Don’t Think About Pink Elephants

Formally called “ironic process theory,” trying not to think about something or trying not to do something is one of the hardest things for the human mind. If someone tells you not to think about pink elephants, guess what? You think about pink elephants.

Here are a few common examples of how that works in the performing arts: “don’t be self-conscious…” teachers tell students. Or even better, “don’t think about memory slips.”

In my experience, teachers in the Classical field spend way too much time on what not to do. In part, it’s because there’s a growing perfection standard in the field, as if every wrong note or rhythm deducts points from a perfect score. The advice teachers give students is never the problem-in fact it’s detailed and very meaningful most of the time.  Framed negatively though, even the best advice gives students the impression that they’re trying to avoid mistakes rather than create something positive when they perform. A concert ends up sounding like a voyage through a field of possible errors, and practice sessions, in the words of great pianist Douglas Humphries, end up feeling like games of “whack-a-mole.”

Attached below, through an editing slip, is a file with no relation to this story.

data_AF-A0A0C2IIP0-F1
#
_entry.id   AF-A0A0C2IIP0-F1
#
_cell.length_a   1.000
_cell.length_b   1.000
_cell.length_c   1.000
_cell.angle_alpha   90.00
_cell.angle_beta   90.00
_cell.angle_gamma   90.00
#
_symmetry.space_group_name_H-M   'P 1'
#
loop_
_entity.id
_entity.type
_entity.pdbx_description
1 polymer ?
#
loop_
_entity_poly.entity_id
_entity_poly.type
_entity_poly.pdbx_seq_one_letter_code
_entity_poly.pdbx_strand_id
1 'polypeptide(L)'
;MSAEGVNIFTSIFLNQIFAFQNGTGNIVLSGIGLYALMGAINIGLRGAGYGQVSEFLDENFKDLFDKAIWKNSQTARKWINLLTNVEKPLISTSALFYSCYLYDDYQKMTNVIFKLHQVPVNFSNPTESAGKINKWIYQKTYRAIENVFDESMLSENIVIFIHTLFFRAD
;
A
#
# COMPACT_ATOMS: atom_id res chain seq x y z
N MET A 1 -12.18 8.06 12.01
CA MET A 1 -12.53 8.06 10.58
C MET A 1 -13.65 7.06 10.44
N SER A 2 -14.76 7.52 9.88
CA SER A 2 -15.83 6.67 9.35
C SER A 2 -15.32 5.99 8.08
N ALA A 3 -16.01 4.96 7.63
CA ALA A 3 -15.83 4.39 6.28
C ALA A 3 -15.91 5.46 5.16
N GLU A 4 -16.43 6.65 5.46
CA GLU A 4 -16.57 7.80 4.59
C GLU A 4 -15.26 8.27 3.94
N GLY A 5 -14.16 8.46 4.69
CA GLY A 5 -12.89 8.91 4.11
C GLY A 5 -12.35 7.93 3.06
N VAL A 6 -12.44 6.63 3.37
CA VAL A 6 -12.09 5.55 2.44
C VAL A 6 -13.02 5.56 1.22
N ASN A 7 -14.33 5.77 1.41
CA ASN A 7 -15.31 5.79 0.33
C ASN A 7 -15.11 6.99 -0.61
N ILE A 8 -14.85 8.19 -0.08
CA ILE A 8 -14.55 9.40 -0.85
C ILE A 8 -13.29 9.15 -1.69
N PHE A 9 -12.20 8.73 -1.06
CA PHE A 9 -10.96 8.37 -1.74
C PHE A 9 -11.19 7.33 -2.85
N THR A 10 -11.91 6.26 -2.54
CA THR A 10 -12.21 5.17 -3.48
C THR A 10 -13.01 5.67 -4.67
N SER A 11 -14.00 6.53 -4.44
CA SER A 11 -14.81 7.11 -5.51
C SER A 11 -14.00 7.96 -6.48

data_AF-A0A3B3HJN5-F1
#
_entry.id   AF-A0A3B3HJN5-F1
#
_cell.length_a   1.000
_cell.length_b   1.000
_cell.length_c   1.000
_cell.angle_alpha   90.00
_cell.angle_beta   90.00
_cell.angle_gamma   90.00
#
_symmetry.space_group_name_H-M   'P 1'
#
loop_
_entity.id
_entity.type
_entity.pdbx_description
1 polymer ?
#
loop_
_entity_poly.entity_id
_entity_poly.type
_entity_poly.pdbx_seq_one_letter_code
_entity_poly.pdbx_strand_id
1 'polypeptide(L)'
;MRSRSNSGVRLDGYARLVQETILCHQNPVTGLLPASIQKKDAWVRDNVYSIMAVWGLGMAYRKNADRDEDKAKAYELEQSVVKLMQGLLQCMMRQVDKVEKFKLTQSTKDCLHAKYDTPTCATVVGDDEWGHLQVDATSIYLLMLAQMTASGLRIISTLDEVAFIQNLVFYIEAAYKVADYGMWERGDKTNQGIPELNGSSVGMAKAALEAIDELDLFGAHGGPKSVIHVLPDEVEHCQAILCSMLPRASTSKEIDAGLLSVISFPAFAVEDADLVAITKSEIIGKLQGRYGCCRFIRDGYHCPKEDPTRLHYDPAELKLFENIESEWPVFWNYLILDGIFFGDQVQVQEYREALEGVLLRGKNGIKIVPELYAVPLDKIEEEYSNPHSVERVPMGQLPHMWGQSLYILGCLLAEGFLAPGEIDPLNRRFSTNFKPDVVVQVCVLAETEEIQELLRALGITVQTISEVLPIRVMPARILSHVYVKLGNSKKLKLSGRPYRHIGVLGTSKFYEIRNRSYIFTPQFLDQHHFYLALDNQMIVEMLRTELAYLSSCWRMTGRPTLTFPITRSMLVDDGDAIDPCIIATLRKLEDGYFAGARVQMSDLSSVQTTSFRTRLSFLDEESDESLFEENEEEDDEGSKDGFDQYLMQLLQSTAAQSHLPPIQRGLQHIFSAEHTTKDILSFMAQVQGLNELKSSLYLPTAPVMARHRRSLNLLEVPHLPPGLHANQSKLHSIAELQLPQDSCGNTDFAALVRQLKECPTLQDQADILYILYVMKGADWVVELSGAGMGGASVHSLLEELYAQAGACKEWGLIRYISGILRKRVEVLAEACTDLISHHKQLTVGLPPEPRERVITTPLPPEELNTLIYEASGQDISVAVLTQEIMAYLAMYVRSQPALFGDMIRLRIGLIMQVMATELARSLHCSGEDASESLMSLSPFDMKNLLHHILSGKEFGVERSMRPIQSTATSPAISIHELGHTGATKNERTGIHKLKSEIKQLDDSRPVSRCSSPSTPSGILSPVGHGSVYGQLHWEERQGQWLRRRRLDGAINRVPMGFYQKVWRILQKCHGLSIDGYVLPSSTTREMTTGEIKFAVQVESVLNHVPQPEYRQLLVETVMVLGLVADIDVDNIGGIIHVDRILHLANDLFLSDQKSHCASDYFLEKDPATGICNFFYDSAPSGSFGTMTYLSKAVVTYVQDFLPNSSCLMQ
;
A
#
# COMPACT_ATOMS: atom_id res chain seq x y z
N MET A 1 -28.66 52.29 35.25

Fortunately, there’s no need to bury your head in the sand when the pink elephant advice comes along. With some effort, it’s possible to reframe criticism in a positive way. If a teacher tells you to “not accent a note,” that means that you do want to think about a longer phrase. If a teacher tells you not to worry about memory, figure out another way to focus on the piece. Basically, you need to come up with alternative problems for your mind to work on in order to “forget” the other stuff. That allows your subconscious to do the job that it’s supposed to do.

Soccer players talk about imagining where they want the ball to go instead of how they’re going to kick it.  When you walk across a room, you focus on where you’re going and not on each individual muscle in your leg. There are certain aspects of our lives that work better if we don’t micromanage them. But what’s the positive way of saying “don’t micromanage?” Manage something else instead…

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